As a historic trade port and hub of cultural exchange, Macao has long been a melting pot of culinary flavours. In 2017, Macao was named a UNESCO Creative City of Gastronomy – a credit to the diversity of the city’s food offerings.
Among the imports? Dumplings – a broad category of food that typically features a dough-based wrap that’s baked, boiled, fried, deep-fried or steamed and filled with various ingredients. In Chinese, when we say “吃餃子” – or “eat dumplings” – we generally think of boiled dumplings in Macao. But there are so many types of dumplings across Asia, many of which we can experience at restaurants and cafes across the city thanks to centuries of trade, tourism and globalisation.
Many countries – such as China, Korea, Japan, Turkey, Iraq, Iran – claim to have created the first dumpling, but it’s unclear exactly when and where they surfaced. According to Chinese National Geography, Turkey, Iraq and other western Asian regions would have been the most likely origin. They were the first to cultivate wheat – a main ingredient in some dumpling wrappers – as well as techniques to grind wheat into flour.
In China, the Shang Dynasty is thought to have introduced dumplings sometime between 1600 and 1046 BC, after discovering them through trade. Regardless of who whipped up the very first dumpling, the dish is thought to have spread along the Silk Road. And today, it remains a ubiquitous comfort food across Asia – adapted amongst societies and cultures to suit their local tastes, ingredients and diets.
Thanks to our international culinary scene in Macao, we can try countless types of dumplings, each with its own unique style. Here are a few of our favourites and the stories behind them:
Gaau-zi（餃子, jiao zi）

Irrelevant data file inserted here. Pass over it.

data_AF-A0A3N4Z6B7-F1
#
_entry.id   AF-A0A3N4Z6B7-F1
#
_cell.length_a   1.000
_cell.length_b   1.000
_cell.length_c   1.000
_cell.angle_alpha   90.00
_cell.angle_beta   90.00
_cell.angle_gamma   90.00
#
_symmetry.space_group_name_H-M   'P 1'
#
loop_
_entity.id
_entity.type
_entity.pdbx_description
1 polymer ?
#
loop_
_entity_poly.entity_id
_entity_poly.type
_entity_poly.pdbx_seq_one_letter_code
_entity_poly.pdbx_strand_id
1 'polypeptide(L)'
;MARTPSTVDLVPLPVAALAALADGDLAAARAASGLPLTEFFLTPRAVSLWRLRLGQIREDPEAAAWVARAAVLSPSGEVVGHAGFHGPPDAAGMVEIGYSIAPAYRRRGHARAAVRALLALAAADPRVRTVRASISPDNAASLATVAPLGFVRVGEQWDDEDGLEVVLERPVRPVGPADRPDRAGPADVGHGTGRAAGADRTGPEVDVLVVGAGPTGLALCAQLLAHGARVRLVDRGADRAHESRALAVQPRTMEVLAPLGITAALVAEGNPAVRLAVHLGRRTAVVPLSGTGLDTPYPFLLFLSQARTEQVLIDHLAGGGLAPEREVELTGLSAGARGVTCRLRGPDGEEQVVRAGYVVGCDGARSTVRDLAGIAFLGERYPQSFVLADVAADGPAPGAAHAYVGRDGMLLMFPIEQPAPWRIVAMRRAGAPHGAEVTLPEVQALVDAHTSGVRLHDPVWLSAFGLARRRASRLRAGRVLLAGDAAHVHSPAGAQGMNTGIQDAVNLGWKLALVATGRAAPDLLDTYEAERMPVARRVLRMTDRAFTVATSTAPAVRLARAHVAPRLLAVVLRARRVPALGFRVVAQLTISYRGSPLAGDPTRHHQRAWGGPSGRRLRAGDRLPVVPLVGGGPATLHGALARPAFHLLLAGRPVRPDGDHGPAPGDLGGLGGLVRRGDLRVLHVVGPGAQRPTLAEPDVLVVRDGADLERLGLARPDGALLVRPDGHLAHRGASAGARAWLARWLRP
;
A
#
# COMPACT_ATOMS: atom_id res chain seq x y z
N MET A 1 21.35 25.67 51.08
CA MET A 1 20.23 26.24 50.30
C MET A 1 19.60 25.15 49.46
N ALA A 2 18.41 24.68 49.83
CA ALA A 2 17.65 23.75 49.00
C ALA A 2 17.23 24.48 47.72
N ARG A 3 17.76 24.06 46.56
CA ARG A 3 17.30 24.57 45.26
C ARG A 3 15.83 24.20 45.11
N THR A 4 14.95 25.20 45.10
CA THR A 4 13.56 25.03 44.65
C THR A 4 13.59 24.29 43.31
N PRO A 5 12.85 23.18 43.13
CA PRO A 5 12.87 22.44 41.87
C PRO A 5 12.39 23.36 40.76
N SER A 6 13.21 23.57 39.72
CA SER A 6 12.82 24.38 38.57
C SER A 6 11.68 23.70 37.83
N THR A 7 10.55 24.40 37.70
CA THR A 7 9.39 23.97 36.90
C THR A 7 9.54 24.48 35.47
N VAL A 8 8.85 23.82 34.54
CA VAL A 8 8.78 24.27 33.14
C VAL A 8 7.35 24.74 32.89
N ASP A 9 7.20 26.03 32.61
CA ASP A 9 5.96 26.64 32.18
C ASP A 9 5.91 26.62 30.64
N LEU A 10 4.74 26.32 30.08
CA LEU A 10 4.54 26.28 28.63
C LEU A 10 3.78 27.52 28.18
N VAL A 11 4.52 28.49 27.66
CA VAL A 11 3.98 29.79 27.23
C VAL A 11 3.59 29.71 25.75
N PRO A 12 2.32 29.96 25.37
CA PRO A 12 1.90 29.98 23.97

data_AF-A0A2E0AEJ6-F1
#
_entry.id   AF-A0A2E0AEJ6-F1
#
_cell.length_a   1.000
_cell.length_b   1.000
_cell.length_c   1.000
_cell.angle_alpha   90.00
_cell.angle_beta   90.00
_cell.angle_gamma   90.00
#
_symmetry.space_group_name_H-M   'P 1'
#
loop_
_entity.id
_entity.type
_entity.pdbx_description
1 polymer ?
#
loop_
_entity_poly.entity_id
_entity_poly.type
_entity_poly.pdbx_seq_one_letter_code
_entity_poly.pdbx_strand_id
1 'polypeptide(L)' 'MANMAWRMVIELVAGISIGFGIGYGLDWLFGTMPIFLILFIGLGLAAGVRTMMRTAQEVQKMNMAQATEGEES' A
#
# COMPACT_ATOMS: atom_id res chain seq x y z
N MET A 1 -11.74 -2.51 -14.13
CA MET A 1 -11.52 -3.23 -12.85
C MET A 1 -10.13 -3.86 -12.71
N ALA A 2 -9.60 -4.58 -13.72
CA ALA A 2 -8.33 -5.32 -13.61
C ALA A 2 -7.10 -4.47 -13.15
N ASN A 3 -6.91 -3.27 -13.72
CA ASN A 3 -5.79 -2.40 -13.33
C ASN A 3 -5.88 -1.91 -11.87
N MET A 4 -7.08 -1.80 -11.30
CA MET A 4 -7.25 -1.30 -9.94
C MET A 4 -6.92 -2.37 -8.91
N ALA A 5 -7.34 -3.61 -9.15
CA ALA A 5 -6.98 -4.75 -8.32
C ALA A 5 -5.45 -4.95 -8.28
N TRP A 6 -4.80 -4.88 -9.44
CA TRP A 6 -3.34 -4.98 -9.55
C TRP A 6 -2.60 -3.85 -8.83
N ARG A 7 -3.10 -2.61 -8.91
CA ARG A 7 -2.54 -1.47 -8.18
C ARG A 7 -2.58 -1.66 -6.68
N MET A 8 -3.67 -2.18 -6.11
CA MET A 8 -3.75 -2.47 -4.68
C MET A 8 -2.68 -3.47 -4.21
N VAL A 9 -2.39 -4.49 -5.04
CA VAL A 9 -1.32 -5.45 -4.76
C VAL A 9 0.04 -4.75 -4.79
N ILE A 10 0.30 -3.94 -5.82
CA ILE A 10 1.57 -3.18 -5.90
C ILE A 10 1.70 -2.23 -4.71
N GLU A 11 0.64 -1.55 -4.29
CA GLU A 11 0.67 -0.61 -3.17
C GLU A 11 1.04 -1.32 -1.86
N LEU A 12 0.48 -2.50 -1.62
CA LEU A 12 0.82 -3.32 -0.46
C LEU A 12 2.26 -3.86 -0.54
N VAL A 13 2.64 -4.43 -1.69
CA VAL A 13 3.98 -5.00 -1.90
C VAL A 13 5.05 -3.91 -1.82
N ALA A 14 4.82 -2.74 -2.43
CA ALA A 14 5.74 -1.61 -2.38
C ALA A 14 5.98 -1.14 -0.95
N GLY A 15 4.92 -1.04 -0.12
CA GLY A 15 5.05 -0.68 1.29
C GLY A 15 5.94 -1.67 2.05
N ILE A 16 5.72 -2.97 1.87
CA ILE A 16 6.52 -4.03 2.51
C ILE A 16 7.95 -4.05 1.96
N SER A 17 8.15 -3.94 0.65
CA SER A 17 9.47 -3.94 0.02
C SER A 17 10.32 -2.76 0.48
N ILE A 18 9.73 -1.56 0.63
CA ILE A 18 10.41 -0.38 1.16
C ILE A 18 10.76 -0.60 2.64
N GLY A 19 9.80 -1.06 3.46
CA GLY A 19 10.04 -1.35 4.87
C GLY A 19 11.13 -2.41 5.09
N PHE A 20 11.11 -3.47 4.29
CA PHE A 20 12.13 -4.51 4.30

Eaten in Macao for breakfast, lunch or dinner no matter the season, gaau-zi are shaped like little gold ingots, with a thin skin and a flavourful filling – be it shrimp, pork, beef, lamb, or vegetables. While common in Macao, the dumplings actually originated in mainland China.
According to folktales, Zhang Zhongjing, one of the most important Chinese doctors and writers during the Eastern Han Dynasty, invented gaau-zi as a medical remedy. As the story goes, he wrapped anti-cold medicines in dough to cure diseases and to treat inflammation.
As time went on, people in mainland China, especially in the north, began to make gaau-zi during Chinese New Year, believing the dumplings could bring them health and wealth. Between trade and migration, gaau-zi eventually made their way south from mainland China to Macao. Today, we enjoy these steamed bites during important festivals, such as the Winter Solstice and the Lantern Festival, or really anytime we have a craving.
Where to try them in Macao: Shun Shing King of Dumplings
Head over to one of Shun Shing King of Dumplings’s three branches. Owned by the New Loyal Group, the restaurant is known for its high-quality gaau-zi which receive great reviews online.
One of Japan’s most famous international exports, gyoza tend to resemble crescent moons. They have a unique texture, which comes down to the cooking method: They’re first fried in a pan, creating a brown crispy bottom and a lace-like fried dough for texture, then steamed to perfection. As for taste, the most common filling comprises a mixture of pork, garlic, chives, cabbage, ginger and sesame oil.
There’s a somber story behind these universally beloved dumplings. During and after World War II, many Japanese suffered from a severe famine. Pork dumplings became a practical solution for many families, since ground pork was one of the most affordable meats at the time.
What’s more, many Japanese soldiers were stationed in China during the war, where they ate dumplings regularly. When they returned to Japan, some opened dumpling shops which helped the gyoza retain its popularity in the decades to come.
Where to try them in Macao: Ramen Kouji